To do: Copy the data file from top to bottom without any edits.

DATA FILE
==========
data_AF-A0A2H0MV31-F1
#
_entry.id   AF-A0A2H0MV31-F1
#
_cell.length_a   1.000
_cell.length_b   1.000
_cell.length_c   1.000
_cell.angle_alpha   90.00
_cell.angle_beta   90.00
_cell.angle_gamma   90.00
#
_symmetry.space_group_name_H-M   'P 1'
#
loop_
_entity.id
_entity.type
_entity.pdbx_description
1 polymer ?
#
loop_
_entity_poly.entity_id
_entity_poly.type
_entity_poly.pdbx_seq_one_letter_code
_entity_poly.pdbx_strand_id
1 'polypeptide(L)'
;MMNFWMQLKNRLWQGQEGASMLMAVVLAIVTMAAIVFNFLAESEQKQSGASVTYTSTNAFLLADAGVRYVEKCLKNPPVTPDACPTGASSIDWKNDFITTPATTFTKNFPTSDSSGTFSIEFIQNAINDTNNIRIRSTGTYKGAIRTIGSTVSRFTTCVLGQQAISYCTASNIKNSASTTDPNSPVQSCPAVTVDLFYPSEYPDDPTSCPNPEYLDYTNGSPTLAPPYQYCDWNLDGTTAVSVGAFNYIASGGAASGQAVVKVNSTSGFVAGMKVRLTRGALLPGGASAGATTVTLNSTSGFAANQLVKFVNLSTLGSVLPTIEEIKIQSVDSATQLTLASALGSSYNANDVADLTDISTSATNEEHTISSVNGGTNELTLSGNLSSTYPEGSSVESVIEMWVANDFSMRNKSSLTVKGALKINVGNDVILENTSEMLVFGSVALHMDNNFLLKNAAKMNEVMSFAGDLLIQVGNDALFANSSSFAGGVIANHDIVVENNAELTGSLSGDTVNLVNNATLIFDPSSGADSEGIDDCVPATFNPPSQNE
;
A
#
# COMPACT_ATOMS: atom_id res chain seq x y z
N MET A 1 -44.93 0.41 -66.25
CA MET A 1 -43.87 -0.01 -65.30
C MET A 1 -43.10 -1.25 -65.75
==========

data_AF-A0A2H0MV31-F1
#
_entry.id   AF-A0A2H0MV31-F1
#
_cell.length_a   1.000
_cell.length_b   1.000
_cell.length_c   1.000
_cell.angle_alpha   90.00
_cell.angle_beta   90.00
_cell.angle_gamma   90.00
#
_symmetry.space_group_name_H-M   'P 1'
#
loop_
_entity.id
_entity.type
_entity.pdbx_description
1 polymer ?
#
loop_
_entity_poly.entity_id
_entity_poly.type
_entity_poly.pdbx_seq_one_letter_code
_entity_poly.pdbx_strand_id
1 'polypeptide(L)'
;MMNFWMQLKNRLWQGQEGASMLMAVVLAIVTMAAIVFNFLAESEQKQSGASVTYTSTNAFLLADAGVRYVEKCLKNPPVTPDACPTGASSIDWKNDFITTPATTFTKNFPTSDSSGTFSIEFIQNAINDTNNIRIRSTGTYKGAIRTIGSTVSRFTTCVLGQQAISYCTASNIKNSASTTDPNSPVQSCPAVTVDLFYPSEYPDDPTSCPNPEYLDYTNGSPTLAPPYQYCDWNLDGTTAVSVGAFNYIASGGAASGQAVVKVNSTSGFVAGMKVRLTRGALLPGGASAGATTVTLNSTSGFAANQLVKFVNLSTLGSVLPTIEEIKIQSVDSATQLTLASALGSSYNANDVADLTDISTSATNEEHTISSVNGGTNELTLSGNLSSTYPEGSSVESVIEMWVANDFSMRNKSSLTVKGALKINVGNDVILENTSEMLVFGSVALHMDNNFLLKNAAKMNEVMSFAGDLLIQVGNDALFANSSSFAGGVIANHDIVVENNAELTGSLSGDTVNLVNNATLIFDPSSGADSEGIDDCVPATFNPPSQNE
;
A
#
# COMPACT_ATOMS: atom_id res chain seq x y z
N MET A 1 -44.93 0.41 -66.25
CA MET A 1 -43.87 -0.01 -65.30
C MET A 1 -43.10 -1.25 -65.75